An anglicized form of the Gaelic Niall, the name is of debated meaning, it could either mean “cloud”, “champion” or “passion.”
It was borne by Niall of the Nine Hostages, a 6th-century Irish king and eponymous ancestor of the Uí Néill clan who ruled Ireland from the 6th-century to the 10th-century.
The name caught on among Viking settlers in the form of Njal and it was brought back to Iceland and became popular in other areas of Europe with large viking settlements. It was through the Normans, (descendants of Viking settlers), that the name was first introduced to England and it came to be Latinized as Nigellus later evolving into the common British name, Nigel.
Nigellus is actually derived from the Latin word niger (black) but was only ever used as a form of Niel. It was incorrectly believed by the early Norman clerics that the Norman form of Néel was from the Norman word for black. The common Middle English spelling was Neal.
Currently Neil is the 683rd most popular male name in the United States, (2010). Its original Gaelic form of Niall (NIE-all) is the 91st most popular male name in Ireland (2010) and the 95th most popular in Northern Ireland (2010). Meanwhile, its late Latin equivalent of Nigel is the 932nd most popular male name in the United States and the 239th most popular in the Netherlands (2010).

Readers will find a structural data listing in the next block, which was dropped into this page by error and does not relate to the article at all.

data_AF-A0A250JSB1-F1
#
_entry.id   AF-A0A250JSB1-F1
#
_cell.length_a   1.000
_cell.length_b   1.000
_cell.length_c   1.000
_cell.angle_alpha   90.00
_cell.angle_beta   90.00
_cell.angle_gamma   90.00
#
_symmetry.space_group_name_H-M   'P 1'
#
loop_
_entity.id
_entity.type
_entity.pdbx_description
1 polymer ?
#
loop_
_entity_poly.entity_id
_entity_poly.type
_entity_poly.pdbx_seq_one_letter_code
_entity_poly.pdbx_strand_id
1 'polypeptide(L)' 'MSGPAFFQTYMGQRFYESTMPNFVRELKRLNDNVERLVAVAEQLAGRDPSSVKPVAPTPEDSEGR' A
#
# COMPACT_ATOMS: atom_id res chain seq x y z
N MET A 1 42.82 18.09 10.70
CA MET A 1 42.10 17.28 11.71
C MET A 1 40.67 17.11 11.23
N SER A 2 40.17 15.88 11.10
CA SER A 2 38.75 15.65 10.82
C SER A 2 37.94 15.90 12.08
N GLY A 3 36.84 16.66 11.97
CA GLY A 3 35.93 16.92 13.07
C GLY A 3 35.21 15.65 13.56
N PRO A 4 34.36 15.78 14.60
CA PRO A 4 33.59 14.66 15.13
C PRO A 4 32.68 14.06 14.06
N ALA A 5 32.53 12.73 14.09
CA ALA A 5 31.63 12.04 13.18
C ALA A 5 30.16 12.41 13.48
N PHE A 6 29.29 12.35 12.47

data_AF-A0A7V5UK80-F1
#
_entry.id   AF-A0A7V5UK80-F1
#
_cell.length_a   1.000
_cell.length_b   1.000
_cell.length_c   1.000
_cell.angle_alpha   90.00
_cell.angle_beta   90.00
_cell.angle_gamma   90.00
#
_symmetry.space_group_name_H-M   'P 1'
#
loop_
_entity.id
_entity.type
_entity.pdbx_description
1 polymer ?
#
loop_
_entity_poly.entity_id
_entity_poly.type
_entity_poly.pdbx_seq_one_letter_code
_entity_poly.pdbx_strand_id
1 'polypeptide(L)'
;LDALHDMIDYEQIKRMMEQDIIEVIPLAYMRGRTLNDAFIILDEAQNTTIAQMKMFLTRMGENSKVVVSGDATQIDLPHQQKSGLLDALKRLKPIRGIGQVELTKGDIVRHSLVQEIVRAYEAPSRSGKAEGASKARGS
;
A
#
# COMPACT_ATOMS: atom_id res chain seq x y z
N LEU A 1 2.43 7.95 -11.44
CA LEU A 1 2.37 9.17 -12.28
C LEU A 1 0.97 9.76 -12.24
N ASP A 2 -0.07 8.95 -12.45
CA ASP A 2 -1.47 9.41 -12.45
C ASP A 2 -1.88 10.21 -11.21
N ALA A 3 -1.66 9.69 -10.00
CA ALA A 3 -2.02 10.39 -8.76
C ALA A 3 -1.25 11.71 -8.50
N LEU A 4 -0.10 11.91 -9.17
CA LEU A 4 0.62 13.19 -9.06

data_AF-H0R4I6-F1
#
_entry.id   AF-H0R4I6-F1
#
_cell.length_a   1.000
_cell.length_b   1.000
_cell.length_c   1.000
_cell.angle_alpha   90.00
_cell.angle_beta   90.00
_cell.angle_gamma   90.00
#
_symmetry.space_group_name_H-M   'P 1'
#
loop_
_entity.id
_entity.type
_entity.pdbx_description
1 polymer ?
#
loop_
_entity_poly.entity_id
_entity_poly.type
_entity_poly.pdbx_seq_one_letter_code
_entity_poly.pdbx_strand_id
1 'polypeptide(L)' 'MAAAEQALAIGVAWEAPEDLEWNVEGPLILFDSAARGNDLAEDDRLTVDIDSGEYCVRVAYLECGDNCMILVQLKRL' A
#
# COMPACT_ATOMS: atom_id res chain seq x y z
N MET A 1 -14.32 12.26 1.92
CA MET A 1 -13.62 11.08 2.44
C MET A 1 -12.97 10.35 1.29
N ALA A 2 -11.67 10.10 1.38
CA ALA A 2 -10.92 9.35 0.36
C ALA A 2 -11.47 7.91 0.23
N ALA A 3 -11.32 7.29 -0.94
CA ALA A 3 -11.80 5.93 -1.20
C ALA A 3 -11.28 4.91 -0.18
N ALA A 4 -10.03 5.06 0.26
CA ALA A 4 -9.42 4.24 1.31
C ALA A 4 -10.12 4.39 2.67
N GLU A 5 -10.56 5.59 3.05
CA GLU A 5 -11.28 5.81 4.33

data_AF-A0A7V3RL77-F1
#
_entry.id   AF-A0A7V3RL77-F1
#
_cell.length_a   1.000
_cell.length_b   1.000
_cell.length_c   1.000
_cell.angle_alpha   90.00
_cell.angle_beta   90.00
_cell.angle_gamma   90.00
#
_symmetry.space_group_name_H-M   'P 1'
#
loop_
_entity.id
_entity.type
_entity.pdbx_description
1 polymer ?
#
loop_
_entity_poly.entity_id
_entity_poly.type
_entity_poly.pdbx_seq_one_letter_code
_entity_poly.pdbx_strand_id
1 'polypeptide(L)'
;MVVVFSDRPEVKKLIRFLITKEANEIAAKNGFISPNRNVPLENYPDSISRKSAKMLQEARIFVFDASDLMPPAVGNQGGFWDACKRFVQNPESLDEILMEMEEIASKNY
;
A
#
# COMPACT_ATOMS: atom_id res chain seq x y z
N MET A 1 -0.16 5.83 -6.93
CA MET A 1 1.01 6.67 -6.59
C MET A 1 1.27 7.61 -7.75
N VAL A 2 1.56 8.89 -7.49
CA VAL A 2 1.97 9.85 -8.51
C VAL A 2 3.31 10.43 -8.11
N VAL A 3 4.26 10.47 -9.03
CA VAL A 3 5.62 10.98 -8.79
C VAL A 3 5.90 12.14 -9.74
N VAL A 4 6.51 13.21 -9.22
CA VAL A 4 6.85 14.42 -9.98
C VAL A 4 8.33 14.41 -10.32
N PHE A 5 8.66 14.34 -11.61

A feminine offshoot is the floral, Nigella, borne by British TV chef, Nigella Lawson. It is also the scientific name for the plant known as Love-in-the-Mist.
Other feminine forms include the Scottish Neilina, the Icelandic Njála and the continental Scandinavian Nilsine.
Other masculine forms include: